Xref Objects menu: This menu is displayed when multiple external references are selected.

And this one last loner:

Maximized Viewport menu: This menu is sandwiched into the Default menu when a viewport is maximized.

Now looking at this overwhelming list of menus, you'll notice that if the word "objects" is in the title, it displays when more than one object of the same type are selected. "Object" indicates a single object is selected. This is true throughout the menu names accept for the two block menus -- those are named incorrectly and should just say "Object" since they only work when one block is selected.

So are you lost yet? What can you do with all this information? Once you understand the menus and which one goes where, you can start to add or delete your own functions to the shortcut menus.

Note to you menu programmers: I was unable to successfully add any new shortcut menus in the CUI. They appeared to insert but then didn't function. They also magically disappeared when I went back into the CUI, so there's a serious mystery there! I believe you'll still have to do them in a separate menu file (the old way). For example, if I wanted to add a shortcut menu for editing circles, I can't do it in the CUI. I was only able to work with the existing shortcut menus.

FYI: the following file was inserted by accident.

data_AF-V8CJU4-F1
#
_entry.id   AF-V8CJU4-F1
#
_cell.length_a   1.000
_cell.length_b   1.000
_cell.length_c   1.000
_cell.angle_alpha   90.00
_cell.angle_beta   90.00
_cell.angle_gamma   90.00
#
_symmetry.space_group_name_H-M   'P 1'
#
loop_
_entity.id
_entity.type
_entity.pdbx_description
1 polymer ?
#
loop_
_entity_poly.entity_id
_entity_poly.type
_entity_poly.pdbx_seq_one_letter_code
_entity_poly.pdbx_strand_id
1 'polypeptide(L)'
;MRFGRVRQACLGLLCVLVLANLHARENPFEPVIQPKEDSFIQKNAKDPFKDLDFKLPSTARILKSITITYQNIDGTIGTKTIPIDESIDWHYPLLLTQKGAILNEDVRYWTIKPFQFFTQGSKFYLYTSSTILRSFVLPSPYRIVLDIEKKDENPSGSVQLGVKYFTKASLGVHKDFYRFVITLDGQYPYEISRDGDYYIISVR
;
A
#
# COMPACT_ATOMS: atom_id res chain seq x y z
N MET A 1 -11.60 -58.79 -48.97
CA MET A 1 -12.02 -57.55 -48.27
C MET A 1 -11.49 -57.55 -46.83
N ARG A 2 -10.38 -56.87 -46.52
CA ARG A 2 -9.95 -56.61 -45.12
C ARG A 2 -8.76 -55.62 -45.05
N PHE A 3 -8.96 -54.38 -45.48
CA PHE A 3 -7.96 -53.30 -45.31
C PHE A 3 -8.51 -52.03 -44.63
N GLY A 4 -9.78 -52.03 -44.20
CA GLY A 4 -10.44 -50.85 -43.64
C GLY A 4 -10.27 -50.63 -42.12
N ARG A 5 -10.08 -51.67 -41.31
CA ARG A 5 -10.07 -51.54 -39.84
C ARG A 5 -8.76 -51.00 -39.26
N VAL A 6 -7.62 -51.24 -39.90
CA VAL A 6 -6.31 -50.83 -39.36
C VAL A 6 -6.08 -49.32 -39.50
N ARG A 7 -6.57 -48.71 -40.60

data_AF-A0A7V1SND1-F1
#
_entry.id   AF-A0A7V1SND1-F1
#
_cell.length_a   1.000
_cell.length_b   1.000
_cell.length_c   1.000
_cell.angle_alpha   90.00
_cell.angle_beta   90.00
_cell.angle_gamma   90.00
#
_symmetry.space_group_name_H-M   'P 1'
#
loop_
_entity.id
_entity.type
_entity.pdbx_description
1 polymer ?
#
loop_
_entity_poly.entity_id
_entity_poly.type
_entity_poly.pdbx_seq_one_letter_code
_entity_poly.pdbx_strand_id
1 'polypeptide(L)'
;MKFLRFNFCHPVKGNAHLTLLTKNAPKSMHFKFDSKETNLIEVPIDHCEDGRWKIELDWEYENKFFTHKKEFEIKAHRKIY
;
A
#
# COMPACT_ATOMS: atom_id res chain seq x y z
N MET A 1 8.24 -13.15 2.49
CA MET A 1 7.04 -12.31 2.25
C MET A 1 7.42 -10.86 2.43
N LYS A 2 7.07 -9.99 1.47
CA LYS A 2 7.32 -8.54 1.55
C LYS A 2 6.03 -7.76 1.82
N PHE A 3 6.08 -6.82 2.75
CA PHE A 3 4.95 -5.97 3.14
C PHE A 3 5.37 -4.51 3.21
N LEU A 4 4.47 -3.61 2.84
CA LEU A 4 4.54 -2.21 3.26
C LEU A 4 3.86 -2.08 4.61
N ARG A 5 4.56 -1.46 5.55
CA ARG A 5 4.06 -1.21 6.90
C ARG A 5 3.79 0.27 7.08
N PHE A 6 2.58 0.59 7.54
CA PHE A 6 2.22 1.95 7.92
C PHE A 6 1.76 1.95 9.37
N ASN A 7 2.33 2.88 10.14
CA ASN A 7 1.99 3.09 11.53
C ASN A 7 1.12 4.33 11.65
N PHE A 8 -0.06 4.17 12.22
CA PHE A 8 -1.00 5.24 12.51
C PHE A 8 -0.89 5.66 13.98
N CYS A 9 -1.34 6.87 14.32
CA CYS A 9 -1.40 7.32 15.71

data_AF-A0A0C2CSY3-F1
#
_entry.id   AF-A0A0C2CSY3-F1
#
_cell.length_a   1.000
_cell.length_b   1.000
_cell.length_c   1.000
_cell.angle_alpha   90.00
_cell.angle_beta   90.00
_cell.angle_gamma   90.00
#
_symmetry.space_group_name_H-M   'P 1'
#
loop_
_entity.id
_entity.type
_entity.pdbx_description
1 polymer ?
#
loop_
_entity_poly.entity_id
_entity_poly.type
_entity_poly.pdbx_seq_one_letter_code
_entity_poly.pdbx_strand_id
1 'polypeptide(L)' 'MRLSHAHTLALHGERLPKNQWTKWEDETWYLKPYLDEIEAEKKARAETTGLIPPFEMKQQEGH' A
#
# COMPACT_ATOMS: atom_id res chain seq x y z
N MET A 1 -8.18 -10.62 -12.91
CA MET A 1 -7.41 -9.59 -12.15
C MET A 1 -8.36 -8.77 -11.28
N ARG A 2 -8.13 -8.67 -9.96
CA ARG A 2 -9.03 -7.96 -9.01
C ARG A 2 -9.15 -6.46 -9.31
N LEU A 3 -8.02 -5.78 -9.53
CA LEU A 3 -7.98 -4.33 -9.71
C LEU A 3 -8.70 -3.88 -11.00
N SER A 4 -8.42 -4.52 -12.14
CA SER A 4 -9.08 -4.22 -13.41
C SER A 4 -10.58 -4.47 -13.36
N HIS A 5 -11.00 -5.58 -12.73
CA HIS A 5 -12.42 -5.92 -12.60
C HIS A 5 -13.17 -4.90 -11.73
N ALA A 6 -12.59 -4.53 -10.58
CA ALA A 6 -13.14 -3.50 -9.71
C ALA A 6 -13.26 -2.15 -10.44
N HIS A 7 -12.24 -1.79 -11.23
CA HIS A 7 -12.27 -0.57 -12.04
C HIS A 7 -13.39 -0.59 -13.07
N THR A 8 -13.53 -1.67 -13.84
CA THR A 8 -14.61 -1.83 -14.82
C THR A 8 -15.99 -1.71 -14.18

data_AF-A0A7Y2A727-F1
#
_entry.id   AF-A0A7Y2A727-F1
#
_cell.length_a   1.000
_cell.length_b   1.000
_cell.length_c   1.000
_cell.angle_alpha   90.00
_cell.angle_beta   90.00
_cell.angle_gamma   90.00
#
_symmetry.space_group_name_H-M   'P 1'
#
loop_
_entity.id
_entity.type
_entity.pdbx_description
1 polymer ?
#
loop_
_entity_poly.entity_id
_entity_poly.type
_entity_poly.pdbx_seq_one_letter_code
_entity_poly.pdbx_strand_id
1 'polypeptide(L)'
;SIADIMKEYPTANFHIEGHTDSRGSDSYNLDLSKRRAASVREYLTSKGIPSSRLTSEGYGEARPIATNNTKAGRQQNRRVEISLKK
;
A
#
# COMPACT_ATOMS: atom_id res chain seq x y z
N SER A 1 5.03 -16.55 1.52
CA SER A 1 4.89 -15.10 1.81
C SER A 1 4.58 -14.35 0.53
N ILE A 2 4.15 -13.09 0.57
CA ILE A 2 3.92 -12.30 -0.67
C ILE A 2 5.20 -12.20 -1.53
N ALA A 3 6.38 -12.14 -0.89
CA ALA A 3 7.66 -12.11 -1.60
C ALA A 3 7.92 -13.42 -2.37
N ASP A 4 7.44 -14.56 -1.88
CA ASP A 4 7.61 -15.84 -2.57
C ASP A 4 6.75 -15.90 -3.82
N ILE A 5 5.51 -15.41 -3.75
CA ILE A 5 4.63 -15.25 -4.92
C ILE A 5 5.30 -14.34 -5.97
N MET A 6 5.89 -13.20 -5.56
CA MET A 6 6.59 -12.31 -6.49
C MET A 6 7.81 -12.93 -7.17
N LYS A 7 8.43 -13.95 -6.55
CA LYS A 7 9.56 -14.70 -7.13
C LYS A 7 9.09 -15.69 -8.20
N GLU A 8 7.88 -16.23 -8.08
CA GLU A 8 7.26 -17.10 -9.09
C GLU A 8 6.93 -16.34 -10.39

So let's say you'd like to have your favorite command at your fingertips. If it's an editing command, you might want to add it to the Edit menu. If you want it available at all times, I'd add it to the Grips menu because you can always get to it with a Shift+right-click. Or perhaps you are an end point or intersection object snap addict and you want them to be available anytime you are creating new objects. In that case you would want to add those object snaps to the Command menu -- get the idea? So now it's simply a matter of finding the command you want to add from the command list and dragging it up to the proper shortcut menu in the proper position. Let's say you want to add Mirror to the Edit menu right below the Rotate command.

From the Command List in the lower corner of the CUI, you will find the Mirror command. Key in the letter M to quickly jump to the commands that begin with M. Then simply drag the Mirror command into the proper place in the Edit menu (figure 5).

Figure 5. After selecting Mirror from the command list, drag it into place under Rotate in the Edit shortcut menu.

Select OK to exit the dialog box and then try your new shortcut addition! Pick some objects and right-click -- you should see the Mirror command is now quickly available.

It works the same way when you want to trim down the shortcut menus to include just those commands you find useful. A trimmed down shortcut menu is much more efficient to use without those other pesky unused commands getting in the way.

Though shortcut menus might look a little more confusing than some of the other CUI features we've discussed, once you get in and try them, you'll find they're actually quite easy to master. Go ahead, get creative and make some super powerful shortcut menus that will make the entire office envious!

Until next month -- Happy AutoCAD-ing!